As well as the base rebate, Platinum PC partners are rewarded on four metrics: revenue growth, sales of Top Seller products (standardized SKUs available through distribution), services attach rate and growth in certain “strategic” products, such as workstations or two-in-ones. Platinum DCG partners are measured on new customer acquisition, solutions and services attach rate and growth. Platinum partners receive MDF and co-marketing funds (with co-marketing also available to Gold data center partners.) Rebates are paid directly to partners by Lenovo, rather than through distribution, simplifying the process for partners and ensuring rewards are not diluted.

Partner Engage dashboard: Lenovo has launched a single partner portal for all partners, supported by single sign-on, to allow partners to track rebates, redeem reward vouchers, manage marketing materials and receive payments for both PC and data center. This is a significant step forward, particularly for partners selling across the whole portfolio.  

Lenovo Bid Portal (LBP): LBP is a pricing tool designed to dramatically speed up response rates on partner bid requests. Lenovo has suffered from slow response times for non-standard run rate products, putting it at a disadvantage to competitors that have already invested in automated tools. LBP, which is managed through the Partner Engage dashboard, is now able to deliver a quote within 90 seconds for products that don’t require a complex quote. LBP is part of a wider Lenovo initiative to dramatically streamline its whole bid process for partners. The aim is to take all quotes from as long as 10 days down to 24 hours at the latest. 

Star Seller (currently Western Europe only): An example of Lenovo’s simplified incentive approach, Star Seller pays an incremental dollar bonus per product – on top of standard rebates – to resellers selling specific “strategic” products, such as all-in-ones and workstations. These are paid in the form of discount vouchers, which can be redeemed via the partner dashboard on future Lenovo product purchases. Partners can use the discount vouchers to boost their margin by a few points or to aggressively compete by applying up to 20% discount on a specific deal. This is a new approach, which has shown early success but may not appeal to all partners.

Expert certification: Lenovo has chosen to make specialization a choice, rather than a requirement, for both PC and DCG partners. This will give partners the opportunity to be recognized for specific capabilities, alongside their Platinum, Gold or Silver tier status. Examples include Workstation Expert for PC partners and Enterprise Expert for DCG partners, with a focus on areas such as software-defined and hyper-converged. This includes hands-on technical and sales training, much of which has been missing since the IBM acquisition. This will also incorporate training around Lenovo’s “meet-in-the-channel” relationships with enterprise vendors, such as Nutanix and Juniper. Expert certification will bring financial benefits on top of the standard incentives.

Recognizing multi-country partners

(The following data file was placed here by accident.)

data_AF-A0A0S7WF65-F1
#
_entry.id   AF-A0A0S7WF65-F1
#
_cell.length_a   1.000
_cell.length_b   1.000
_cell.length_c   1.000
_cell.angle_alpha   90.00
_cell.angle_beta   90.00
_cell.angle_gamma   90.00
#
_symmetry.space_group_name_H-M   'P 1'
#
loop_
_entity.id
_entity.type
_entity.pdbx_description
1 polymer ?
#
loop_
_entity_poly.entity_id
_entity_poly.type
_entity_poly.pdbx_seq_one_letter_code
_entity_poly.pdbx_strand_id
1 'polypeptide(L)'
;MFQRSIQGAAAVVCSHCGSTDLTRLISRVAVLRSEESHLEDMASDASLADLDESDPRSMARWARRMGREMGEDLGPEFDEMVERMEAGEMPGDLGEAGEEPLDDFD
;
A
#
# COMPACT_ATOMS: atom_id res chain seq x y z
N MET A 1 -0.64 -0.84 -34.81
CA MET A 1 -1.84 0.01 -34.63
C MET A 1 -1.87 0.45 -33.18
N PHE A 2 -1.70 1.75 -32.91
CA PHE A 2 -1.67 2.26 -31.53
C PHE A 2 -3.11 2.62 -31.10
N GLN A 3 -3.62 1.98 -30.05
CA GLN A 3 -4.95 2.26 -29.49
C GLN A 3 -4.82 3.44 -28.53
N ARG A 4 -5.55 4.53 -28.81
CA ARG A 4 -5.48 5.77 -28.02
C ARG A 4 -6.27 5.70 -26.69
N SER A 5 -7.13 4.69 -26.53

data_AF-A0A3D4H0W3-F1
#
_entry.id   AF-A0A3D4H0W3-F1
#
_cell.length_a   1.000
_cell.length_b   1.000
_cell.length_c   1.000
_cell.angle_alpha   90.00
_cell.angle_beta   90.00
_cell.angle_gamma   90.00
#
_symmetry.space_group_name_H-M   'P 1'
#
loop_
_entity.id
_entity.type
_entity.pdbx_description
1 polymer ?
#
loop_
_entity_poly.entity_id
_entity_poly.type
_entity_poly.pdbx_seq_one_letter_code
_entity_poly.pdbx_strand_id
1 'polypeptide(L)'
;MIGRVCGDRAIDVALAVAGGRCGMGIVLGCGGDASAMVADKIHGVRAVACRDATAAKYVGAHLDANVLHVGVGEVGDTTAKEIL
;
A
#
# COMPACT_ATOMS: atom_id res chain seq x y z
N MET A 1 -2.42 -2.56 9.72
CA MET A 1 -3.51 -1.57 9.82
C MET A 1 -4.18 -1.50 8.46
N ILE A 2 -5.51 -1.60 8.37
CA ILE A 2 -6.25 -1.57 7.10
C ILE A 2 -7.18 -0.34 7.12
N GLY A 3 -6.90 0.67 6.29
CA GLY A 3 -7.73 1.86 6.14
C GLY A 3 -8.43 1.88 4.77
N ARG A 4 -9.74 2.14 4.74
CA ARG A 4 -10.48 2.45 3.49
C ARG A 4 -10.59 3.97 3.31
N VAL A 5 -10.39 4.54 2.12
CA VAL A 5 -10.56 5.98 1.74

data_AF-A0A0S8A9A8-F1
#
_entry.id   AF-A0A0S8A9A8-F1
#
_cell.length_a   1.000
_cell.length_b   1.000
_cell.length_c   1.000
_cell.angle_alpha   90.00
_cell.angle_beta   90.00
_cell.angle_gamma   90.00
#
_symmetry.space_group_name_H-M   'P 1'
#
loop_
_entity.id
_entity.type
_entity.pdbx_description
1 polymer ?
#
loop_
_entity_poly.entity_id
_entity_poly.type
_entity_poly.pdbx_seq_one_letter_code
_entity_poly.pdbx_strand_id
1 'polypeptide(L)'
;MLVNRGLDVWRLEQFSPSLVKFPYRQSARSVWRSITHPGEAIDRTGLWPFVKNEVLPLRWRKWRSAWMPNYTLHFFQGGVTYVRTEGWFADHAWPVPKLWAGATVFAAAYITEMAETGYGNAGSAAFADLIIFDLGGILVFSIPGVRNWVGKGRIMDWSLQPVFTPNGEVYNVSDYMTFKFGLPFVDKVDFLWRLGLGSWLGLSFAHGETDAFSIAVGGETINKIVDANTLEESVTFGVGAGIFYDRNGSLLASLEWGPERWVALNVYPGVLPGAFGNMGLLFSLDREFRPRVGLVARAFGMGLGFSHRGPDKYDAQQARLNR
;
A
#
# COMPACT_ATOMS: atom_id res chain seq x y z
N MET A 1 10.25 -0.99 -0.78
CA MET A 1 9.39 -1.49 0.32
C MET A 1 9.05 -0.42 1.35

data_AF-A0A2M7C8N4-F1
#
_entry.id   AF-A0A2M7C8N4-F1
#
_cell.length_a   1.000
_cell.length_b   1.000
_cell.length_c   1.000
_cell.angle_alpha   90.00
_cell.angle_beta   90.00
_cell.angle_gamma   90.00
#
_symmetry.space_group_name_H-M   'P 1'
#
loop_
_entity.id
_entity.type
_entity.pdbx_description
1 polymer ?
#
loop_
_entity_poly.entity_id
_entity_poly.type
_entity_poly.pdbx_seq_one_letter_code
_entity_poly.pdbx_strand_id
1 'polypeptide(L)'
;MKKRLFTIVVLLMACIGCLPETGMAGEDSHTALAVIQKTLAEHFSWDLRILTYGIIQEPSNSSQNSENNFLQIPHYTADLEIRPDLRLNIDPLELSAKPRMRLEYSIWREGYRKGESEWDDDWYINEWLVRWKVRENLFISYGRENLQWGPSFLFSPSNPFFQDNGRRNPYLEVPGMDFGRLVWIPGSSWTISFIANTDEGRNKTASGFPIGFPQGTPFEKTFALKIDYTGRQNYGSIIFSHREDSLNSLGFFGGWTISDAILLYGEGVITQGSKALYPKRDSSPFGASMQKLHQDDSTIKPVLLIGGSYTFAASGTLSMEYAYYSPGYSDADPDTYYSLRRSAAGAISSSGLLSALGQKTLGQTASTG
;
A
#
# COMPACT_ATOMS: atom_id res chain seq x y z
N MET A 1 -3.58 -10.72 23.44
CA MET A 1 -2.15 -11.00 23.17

Lenovo has also introduced a new top program tier, Platinum Plus, for its largest volume and multi-country partners. Platinum Plus has been launched initially in EMEA and only for PCs. If successful, other regions are likely to follow. Platinum Plus partners can take two possible revenue paths: those with significant Lenovo volumes in one country, or combined Lenovo revenue across three or more countries. In EMEA, only nine partners have achieved this status: Atea, Bechtle, Cancom, CDW, Computacenter, Dustin, Econocom, Insight and SCC. The primary benefit is financial. Platinum Plus partners receive healthy accelerators based on achieving growth targets for strategic products, but with additional rebates paid on total quarterly sales volume. But they also gain unique branding and support from Lenovo.

This is important, as Dell EMC, Cisco and other vendors develop similar “exclusive” incentive models for top regional or global partners. Vendors are competing more intensively for the attention of these partners, particularly as enterprise customers look for multi-country partners that can deliver consistently across borders. It would make sense for Lenovo to extend Platinum Plus to the US, where Lenovo sees its top 10 partners represent a vast share of the total business. Many big US resellers are now setting their sights on EMEA, to serve their largest US-headquartered customers with a European presence. Making Platinum Plus a global program - and extending it to include data center - would help Lenovo gain more relevance within these top partners. As it moves to a global program, Lenovo will need to demonstrate clear, consistent communications to its partners, particularly those that have a presence in more than one country or region.

With Partner Engage, Lenovo has a much-improved, global framework to address many of the operational issues, which have hindered its channel performance in the past. But in the face of an increasingly channel-focused competition, it must now prove to partners it can deliver on the promises it has made. This will require a careful balance between unifying some of the legacy go-to-market models that have developed across a number of regions while maintaining its local responsiveness. This is a challenge facing all vendors seeking to globalize channel models.